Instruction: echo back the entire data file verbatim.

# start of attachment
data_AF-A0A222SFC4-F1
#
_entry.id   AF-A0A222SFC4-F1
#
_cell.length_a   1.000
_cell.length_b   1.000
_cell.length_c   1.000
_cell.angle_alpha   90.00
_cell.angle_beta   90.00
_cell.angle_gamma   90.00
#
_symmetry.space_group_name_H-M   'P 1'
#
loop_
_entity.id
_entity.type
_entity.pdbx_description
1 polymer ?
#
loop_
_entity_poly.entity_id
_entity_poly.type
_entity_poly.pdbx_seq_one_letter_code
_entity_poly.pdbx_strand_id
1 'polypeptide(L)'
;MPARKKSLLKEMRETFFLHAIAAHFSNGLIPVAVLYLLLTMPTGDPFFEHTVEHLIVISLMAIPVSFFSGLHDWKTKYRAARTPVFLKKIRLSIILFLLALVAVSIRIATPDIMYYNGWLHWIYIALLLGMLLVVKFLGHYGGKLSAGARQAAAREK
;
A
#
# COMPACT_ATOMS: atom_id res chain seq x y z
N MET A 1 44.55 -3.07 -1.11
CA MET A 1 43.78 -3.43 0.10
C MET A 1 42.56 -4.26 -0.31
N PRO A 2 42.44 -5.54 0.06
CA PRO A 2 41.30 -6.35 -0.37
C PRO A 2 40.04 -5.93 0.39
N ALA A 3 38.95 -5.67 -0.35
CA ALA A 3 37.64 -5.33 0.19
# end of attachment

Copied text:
data_AF-A0A222SFC4-F1
#
_entry.id   AF-A0A222SFC4-F1
#
_cell.length_a   1.000
_cell.length_b   1.000
_cell.length_c   1.000
_cell.angle_alpha   90.00
_cell.angle_beta   90.00
_cell.angle_gamma   90.00
#
_symmetry.space_group_name_H-M   'P 1'
#
loop_
_entity.id
_entity.type
_entity.pdbx_description
1 polymer ?
#
loop_
_entity_poly.entity_id
_entity_poly.type
_entity_poly.pdbx_seq_one_letter_code
_entity_poly.pdbx_strand_id
1 'polypeptide(L)'
;MPARKKSLLKEMRETFFLHAIAAHFSNGLIPVAVLYLLLTMPTGDPFFEHTVEHLIVISLMAIPVSFFSGLHDWKTKYRAARTPVFLKKIRLSIILFLLALVAVSIRIATPDIMYYNGWLHWIYIALLLGMLLVVKFLGHYGGKLSAGARQAAAREK
;
A
#
# COMPACT_ATOMS: atom_id res chain seq x y z
N MET A 1 44.55 -3.07 -1.11
CA MET A 1 43.78 -3.43 0.10
C MET A 1 42.56 -4.26 -0.31
N PRO A 2 42.44 -5.54 0.06
CA PRO A 2 41.30 -6.35 -0.37
C PRO A 2 40.04 -5.93 0.39
N ALA A 3 38.95 -5.67 -0.35
CA ALA A 3 37.64 -5.33 0.19